Communities of Prayer
Why do you come to SyroMalabar Qurbana? Is it for the Indian community? For your friends, or out of duty to your family? Or is it solely for the liturgy? All of these have a benefit; but none of these alone are enough to sustain a Christian community. The essential quality that binds a Christ-centered community is prayer. What is prayer? First and foremost, it is the avenue through which we communicate with God. However, prayer also forms the foundational experience of the Church, the people of God. It is in sharing with others this deeply personal experience that we are able to live in intimate and joyful community.
For some of us, prayer may seem strictly personal. While personal prayer is very important, it shouldn’t come at the expense of the communal aspect of our faith. Jesus promised that “where two or three are gathered in my name there I am in their midst” (Matt. 18:20). Just as much as our relationship with God is a model for our human relationships, the healthy patterns we build in prayer-centered communities can transfer to our relationship with Christ. Because these small communities of prayer allow us to experience God’s Love in the love we have for each other, they foster a sense of true intimacy that is born of openness and vulnerability. These elements are essential: not only for healthy relationships with our brothers and sisters, but particularly in how we respond to Christ.
Think of your community as a group of workout buddies. These friends challenge you to be persistent and consistent with your exercise. They’ll comment on your form, and help with new techniques. Their presence may help motivate you to continue your fitness plan. As you spend time together, you may see more of each other’s weaknesses. Instead of allowing this to separate you, this can become an area in which you challenge each other to persevere. This is similar to the development of strong communities of prayer. Praying with friends can challenge you and help you maintain your prayer life. They’ll help you pray when you don’t want to, or when it’s difficult. And just as shared struggles weight room help you bond, sharing the struggles and desires of life help to deepen and develop your friendships in the best way. And like a good workout plan, buddies can help you “make some gains;” these friendships can challenge us to become whom Christ has called us to be, and to strive for heavenly gains.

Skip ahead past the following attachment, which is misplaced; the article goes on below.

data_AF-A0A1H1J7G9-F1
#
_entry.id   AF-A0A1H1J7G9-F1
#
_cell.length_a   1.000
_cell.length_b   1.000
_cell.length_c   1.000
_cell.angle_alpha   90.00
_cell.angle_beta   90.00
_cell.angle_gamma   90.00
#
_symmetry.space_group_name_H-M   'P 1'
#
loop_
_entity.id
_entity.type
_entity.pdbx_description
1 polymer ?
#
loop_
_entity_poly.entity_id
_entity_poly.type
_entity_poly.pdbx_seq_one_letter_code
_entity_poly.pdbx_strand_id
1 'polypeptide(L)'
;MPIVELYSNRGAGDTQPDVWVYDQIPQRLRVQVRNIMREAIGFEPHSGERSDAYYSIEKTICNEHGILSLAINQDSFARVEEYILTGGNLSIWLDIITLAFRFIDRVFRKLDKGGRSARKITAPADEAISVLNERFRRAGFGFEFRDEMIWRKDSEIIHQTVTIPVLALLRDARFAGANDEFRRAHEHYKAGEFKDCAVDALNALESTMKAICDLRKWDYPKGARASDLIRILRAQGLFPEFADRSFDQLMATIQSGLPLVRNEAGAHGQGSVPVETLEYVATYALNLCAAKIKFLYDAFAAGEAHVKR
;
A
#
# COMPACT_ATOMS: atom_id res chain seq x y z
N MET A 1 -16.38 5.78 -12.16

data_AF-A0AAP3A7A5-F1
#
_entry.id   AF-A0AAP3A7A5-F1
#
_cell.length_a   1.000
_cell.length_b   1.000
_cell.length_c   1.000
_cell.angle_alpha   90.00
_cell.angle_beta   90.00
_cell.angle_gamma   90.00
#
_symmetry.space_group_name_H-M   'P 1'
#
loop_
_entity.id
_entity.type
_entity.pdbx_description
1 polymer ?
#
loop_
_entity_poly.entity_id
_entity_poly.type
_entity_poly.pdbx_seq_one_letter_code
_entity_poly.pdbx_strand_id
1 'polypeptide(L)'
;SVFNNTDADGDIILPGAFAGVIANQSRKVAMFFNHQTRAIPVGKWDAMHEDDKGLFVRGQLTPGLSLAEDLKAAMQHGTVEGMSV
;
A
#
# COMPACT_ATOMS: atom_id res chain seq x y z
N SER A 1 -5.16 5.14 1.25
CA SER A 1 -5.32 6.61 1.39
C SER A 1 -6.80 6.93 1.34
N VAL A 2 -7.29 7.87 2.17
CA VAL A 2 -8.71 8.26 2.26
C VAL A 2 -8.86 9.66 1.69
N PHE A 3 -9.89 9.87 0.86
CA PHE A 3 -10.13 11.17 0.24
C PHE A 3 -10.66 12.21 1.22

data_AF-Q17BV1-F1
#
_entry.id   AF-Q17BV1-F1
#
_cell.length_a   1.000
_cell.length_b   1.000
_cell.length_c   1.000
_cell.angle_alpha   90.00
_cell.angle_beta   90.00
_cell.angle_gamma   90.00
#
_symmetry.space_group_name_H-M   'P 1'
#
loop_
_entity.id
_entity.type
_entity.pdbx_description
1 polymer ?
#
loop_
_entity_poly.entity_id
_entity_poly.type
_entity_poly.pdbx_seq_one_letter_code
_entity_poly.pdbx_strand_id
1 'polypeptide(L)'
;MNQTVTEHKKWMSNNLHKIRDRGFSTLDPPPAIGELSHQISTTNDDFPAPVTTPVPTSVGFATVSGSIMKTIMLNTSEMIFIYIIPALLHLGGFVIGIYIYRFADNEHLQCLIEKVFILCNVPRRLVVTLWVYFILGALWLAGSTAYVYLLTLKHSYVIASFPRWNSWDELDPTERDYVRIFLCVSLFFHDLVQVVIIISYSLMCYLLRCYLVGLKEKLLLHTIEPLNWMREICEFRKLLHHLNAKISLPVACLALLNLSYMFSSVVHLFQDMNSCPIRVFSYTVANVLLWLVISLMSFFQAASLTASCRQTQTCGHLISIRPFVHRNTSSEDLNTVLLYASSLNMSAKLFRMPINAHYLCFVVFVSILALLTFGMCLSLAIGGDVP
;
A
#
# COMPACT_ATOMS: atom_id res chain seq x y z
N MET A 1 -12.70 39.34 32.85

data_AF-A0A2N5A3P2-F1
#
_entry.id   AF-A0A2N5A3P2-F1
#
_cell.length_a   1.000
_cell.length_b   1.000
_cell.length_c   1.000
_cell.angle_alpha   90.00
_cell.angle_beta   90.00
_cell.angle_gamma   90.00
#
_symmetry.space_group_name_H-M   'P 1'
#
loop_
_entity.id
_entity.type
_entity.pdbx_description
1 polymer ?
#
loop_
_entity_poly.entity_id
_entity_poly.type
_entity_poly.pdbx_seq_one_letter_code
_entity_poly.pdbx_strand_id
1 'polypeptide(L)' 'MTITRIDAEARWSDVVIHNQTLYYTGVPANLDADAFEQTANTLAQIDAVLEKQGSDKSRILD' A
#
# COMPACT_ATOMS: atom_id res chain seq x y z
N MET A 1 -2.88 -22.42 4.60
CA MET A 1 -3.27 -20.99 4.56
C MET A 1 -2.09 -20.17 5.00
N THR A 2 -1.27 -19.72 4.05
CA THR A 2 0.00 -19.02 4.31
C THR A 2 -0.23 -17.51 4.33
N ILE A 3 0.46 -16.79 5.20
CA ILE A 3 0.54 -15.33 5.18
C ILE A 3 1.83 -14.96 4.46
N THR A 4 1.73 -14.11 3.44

As we look at our church today, there are many things that may distract or discourage us as we strive to understand and grow in our faith, be it gossip, politics, or other negative experiences. However if we can push past those things and set prayer as our foundation truly becoming communities built on prayer, positive change is inevitable. We’ll be able to see our fellow parishioners as brothers and sisters, instead of as stumbling blocks. We will be able to walk with each other through the joys and sorrows of life. We will be able to see the Church as it truly is: the Body of Christ. A Body of Love. Our parish family is there at the beginning, for births and baptisms. They are there at the end, for deaths and funerals. Let us pray that our parishes become families, built on prayer: a place where Christ’s love and joy are shared freely.
Suggested Activities of the Month:
Youth, Young Adults + Older Adults
A. If you are not already part of a prayer group, start or join one.
-One good way to start is by trying different formats to figure out what’s the best for your group (e.g. weekly novena, bible study, lectio divina, liturgy of the hours, praise and worship)
-Your group doesn’t have to consist of only Indian or SyroMalabar friends! Invite people from work, school, clubs, etc. who you think may be interested in joining.
B. Go to adoration with your spouse/significant other—the most important communities of prayer are within our homes and marriages.
A. Consider practical ways in which your parish community can become more rooted in prayer – e.g. starting night vigil at your parish, increasing its frequency.
B. Depending on your community demographics, slowly begin to introduce more English into liturgical celebrations either by having regular English Qurbanas or mixed English-Malayalam Qurbanas
Kaikkarans, Parish Council Members, and Other Parish Admins
A. Form a subcommittee within your parish council to focus on Year of Youth and discuss what the long-term vision for your parish is from both youth and older adult perspectives (think 40 years instead of 2-5 years)